Early excavations and researches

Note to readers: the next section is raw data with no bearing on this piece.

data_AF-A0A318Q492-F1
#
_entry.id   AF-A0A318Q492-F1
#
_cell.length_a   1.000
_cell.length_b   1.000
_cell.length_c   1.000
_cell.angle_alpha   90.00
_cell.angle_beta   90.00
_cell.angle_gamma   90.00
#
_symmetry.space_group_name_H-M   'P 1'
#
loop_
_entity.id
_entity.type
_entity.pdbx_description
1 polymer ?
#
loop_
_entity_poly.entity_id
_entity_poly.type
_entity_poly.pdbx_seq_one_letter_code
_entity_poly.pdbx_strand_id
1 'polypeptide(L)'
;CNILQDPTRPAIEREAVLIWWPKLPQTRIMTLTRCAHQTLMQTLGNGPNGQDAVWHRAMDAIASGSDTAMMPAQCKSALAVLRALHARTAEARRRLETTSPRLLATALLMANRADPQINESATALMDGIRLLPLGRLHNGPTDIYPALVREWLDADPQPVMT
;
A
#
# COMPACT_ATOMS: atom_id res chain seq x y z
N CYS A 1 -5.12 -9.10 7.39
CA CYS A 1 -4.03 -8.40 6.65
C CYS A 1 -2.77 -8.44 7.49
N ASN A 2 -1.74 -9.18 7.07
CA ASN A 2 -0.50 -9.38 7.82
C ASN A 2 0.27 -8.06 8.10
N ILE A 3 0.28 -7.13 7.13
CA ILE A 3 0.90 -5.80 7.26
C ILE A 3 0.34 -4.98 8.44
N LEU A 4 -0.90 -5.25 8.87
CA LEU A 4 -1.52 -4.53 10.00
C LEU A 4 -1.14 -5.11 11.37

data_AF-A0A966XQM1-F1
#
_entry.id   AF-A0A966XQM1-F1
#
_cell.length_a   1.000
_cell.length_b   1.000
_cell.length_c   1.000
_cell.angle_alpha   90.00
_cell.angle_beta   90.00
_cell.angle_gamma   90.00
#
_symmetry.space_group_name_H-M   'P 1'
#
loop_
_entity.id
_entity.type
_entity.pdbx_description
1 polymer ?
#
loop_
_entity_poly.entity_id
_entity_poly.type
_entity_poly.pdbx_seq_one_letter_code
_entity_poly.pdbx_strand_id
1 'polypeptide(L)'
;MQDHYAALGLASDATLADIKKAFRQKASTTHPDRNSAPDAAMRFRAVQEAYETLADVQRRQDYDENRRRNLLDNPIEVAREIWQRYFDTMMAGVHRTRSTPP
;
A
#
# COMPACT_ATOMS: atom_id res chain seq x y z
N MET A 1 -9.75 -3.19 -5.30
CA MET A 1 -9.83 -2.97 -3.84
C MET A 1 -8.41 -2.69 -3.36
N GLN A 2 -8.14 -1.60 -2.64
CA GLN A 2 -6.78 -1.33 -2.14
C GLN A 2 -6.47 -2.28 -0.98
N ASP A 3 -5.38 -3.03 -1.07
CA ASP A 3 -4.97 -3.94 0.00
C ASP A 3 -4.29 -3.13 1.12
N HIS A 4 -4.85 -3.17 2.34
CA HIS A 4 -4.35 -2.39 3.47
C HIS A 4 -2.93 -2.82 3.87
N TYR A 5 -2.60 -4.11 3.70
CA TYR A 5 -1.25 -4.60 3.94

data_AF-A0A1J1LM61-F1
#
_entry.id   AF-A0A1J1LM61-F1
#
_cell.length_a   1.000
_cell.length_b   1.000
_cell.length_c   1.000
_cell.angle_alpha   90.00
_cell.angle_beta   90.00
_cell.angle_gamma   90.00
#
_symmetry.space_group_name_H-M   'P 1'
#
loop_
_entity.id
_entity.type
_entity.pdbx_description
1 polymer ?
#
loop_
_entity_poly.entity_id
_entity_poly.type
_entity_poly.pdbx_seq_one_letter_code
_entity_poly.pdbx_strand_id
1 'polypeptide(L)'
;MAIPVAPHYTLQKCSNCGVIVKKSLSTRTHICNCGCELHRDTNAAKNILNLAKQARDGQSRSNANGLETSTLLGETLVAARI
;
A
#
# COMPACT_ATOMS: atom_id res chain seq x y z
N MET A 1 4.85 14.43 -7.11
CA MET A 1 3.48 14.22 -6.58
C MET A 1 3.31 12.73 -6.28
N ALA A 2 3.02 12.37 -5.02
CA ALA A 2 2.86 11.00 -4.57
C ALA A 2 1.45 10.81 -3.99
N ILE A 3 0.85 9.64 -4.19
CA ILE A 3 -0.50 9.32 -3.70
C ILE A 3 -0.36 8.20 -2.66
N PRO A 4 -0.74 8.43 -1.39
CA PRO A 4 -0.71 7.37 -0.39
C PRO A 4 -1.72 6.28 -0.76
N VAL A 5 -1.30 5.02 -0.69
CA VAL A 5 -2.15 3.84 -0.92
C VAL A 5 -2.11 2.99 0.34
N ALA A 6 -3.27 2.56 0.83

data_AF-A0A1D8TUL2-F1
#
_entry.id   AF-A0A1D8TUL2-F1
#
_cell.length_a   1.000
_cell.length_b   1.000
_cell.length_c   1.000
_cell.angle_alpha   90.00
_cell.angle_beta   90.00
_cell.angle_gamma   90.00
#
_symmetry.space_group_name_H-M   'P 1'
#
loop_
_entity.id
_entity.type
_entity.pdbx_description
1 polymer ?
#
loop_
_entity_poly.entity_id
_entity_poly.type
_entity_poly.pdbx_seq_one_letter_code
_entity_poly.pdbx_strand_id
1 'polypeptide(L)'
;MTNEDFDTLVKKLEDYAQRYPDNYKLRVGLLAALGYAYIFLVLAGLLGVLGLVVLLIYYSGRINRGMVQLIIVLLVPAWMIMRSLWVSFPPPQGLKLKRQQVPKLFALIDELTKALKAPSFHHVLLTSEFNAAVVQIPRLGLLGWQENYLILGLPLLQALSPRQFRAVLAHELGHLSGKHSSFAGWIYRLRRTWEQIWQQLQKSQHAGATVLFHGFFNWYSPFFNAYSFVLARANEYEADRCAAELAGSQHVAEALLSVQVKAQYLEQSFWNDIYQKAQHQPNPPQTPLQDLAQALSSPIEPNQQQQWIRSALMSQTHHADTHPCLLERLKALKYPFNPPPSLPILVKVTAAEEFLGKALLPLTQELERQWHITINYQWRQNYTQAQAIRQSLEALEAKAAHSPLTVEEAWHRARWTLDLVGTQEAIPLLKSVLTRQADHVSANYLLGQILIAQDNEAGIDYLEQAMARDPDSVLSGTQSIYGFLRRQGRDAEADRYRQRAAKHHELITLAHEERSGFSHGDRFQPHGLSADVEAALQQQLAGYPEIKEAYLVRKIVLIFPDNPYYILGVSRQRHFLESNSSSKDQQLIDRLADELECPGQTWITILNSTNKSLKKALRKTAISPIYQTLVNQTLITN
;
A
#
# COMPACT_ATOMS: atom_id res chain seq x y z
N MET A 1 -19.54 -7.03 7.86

After the Sassanian sack, the city was resettled but not as in her prime times. Literary sources show that Zeugma was the seat of a bishop for several centuries. Unfortunately we still have very meagre archaeological information concerning the late antique period of the city. The first comprehensive study of the site was published by J. Wagner in 1976. Although Wagner’s work took into account all available archaeological evidence at that time, a great deal of material has been discovered since. In 1987, the Gaziantep Museum carried out excavations in the south eastern necropolis, uncovering rock-cut tomb chambers that have remained mostly unpublished. In 1992-1994, the Gaziantep Museum and the University of Western Australia jointly undertook excavations at the site. In addition to work at Seleucia, excavations have also been undertaken, especially at Apamea, by the University of Nantes (France)from 1995 onwards. Most of the material, however, was discovered during extensive rescue excavations sponsored by the Packard Humanities Institute in 2000. These excavations were conducted under rather difficult circumstances, since, with construction of the dam, all of Apamea and part of Seleuceia were about to be flooded. Several Roman residential complexes were excavated, and the mosaics and frescoes found in them were relocated to the Gaziantep Museum.